Edit below!!

When I retired, I didn't anticipate doing flowers on my own again.  Sometimes you get
a request you can't refuse. My doctor's wife asked me to do this party. She had a great
idea; to place all his ties on the tables, pinwheeled out from the center. I knew his ties 
were all very colorful, so I chose to do multicolored arrangements. And then I decided to write
about him. What I wrote is below. I heard that it was read to the dinner guests last night. 
"My first appointment with Dr. P.  was sometime in the mid-1970’s, when his office 
was on St. Mary’s Street across from the old Rex Hospital. I was dressed in the 
skimpy gown and sitting on the edge of the table shivering, and at 5’10” and 118 
pounds, I was almost skeletal. 

A tall, trim, very nice-looking man came into the room, took one look at me, and speaking 
in low tones, he asked….”How long have you been this fat?”

I, who haven’t been speechless since I began talking at nine months old, 
finally found enough of my voice to say “all my life.” I fell in serious ‘like’ with him 
that day and it hasn’t changed over the years. 

I had been his patient for nearly twenty years when I got a call to do the 
flowers for the first of his daughter’s weddings. On that day, as I delivered 
bouquets to the room where the family was dressing, I saw him standing 
nearby. I told him how great he looked in a tux (but every man looks great in a tux, 
don’t they?) and then I mumbled something about how it was nice it was for the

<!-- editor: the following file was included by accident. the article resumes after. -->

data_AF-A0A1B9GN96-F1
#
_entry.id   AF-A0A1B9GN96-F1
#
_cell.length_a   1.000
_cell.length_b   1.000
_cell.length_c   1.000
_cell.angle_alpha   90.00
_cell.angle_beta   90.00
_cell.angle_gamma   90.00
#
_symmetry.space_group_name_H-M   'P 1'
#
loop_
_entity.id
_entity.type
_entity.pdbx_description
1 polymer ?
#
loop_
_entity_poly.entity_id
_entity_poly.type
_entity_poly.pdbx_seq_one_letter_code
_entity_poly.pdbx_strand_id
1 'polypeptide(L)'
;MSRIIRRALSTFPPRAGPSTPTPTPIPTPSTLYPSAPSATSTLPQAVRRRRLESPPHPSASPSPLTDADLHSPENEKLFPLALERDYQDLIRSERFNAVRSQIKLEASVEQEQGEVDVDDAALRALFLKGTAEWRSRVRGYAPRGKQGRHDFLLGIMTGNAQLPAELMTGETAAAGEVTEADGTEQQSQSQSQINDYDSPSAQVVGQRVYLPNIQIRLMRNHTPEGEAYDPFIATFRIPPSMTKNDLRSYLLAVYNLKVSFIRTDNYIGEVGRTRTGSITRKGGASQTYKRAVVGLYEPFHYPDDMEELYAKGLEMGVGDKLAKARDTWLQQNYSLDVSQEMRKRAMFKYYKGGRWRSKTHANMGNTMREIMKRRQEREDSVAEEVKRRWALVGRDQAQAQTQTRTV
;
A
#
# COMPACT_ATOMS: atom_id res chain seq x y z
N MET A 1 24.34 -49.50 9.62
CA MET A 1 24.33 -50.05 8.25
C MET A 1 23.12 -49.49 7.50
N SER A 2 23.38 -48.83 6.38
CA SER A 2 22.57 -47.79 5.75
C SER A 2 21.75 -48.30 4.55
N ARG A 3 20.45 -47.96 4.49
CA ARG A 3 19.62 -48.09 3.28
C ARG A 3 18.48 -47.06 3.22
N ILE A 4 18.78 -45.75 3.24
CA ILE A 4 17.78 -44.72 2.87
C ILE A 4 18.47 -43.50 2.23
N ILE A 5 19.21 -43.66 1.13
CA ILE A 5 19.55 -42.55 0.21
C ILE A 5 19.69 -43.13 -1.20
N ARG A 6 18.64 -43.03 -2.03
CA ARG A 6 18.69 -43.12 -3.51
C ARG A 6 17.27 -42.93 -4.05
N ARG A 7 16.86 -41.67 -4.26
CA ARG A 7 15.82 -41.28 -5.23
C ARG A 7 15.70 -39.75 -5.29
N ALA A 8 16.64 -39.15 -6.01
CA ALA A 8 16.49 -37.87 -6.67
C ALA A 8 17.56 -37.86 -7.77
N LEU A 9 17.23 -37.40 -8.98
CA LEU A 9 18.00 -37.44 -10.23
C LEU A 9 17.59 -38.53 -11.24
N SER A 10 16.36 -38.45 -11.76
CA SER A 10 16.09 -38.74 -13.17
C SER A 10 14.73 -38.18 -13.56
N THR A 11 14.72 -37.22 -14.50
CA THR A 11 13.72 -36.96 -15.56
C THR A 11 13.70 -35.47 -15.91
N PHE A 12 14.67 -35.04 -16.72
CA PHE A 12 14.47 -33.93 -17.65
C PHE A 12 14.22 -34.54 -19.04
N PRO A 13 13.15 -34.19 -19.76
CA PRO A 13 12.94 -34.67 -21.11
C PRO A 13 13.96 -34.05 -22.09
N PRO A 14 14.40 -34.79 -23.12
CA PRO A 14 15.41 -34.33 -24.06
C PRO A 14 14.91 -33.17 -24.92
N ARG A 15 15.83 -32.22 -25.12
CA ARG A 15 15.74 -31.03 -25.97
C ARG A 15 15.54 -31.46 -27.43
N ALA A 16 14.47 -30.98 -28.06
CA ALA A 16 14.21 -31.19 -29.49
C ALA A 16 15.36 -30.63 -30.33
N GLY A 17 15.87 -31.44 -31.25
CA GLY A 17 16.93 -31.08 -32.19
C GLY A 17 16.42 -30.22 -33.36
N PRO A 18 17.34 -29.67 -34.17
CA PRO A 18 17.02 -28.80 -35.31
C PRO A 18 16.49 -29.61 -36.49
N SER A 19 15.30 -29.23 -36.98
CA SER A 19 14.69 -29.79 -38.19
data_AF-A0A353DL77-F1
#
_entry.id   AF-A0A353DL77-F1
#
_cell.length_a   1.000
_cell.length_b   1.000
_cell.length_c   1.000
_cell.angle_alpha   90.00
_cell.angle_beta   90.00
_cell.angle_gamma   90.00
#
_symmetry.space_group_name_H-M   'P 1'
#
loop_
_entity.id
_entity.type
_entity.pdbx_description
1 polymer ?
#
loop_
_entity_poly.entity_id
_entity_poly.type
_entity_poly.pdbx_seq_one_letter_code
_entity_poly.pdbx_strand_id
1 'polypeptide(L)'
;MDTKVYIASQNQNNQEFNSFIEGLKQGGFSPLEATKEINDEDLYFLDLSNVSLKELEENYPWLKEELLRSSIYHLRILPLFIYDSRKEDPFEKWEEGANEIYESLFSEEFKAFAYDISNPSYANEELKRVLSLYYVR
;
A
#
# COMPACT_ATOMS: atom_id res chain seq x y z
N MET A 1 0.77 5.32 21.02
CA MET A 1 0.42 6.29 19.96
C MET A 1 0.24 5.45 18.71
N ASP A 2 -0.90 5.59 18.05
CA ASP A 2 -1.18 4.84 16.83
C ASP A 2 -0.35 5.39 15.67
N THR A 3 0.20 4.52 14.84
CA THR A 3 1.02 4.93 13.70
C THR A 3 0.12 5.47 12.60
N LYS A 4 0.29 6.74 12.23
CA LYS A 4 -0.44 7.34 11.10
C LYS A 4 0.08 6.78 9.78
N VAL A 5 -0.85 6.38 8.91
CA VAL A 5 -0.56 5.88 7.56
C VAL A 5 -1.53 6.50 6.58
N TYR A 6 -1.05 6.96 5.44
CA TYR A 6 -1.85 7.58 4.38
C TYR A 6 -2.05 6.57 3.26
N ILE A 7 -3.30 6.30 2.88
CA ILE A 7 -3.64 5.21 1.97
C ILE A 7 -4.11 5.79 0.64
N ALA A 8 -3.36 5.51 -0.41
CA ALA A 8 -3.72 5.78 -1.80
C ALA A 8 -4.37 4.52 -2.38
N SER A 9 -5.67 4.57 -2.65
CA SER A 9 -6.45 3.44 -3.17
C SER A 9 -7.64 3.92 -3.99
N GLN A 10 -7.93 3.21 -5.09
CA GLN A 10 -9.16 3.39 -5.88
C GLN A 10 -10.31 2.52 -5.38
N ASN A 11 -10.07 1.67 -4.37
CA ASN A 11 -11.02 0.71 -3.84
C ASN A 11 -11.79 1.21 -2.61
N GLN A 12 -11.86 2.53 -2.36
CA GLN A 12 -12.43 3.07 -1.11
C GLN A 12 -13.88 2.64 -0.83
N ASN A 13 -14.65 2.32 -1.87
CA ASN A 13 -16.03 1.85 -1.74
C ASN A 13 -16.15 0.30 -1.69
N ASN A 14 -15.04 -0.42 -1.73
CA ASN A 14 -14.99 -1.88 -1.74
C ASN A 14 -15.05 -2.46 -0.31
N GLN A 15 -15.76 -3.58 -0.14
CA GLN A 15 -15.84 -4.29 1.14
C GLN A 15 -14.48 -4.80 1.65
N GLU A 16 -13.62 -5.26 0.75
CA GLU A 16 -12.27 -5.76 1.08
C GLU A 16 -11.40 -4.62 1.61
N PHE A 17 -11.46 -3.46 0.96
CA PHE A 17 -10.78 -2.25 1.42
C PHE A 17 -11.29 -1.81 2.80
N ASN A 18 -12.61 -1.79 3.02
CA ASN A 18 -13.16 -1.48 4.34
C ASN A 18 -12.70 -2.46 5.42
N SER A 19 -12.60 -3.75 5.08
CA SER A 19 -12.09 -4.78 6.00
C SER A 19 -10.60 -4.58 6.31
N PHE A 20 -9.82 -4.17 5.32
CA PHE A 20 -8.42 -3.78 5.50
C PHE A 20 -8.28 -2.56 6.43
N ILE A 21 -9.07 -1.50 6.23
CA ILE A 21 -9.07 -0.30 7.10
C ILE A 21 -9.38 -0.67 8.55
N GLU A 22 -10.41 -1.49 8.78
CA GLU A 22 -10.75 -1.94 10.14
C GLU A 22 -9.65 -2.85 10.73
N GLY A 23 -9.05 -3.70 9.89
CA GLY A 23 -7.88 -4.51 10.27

money we exchange to be heading in the opposite direction this time. Luckily, 
he has a great sense of humor, so I didn’t have to duck, and I got paid, too!

After my last colonoscopy, I said “I’ll see you in ten years” and he shook 
his head and said “I will probably be retired by then.” I told him he couldn’t do 
that until I died. Since I’m still alive enough to write this – you see he didn’t 
listen to me. I’m trying to get over it. 

In my opinion, Dr. P. is the quintessential medical man. He oozes a 
calm serenity, laced with just enough self-assurance to put a patient at ease. 
He never made me feel as though he was watching the clock, or hoping to 
sneak out to play golf or some other past-time. All medical staff can take a 
very good lesson from him, and I hope they have.

In closing, I wish you and S.  all the health, wealth, happiness and 
grandchildren you can muster, and lots of time to enjoy it all." 

January 16th is my blog anniversary!  I started blogging on this day in 2005, although a few of the early posts have been deleted now.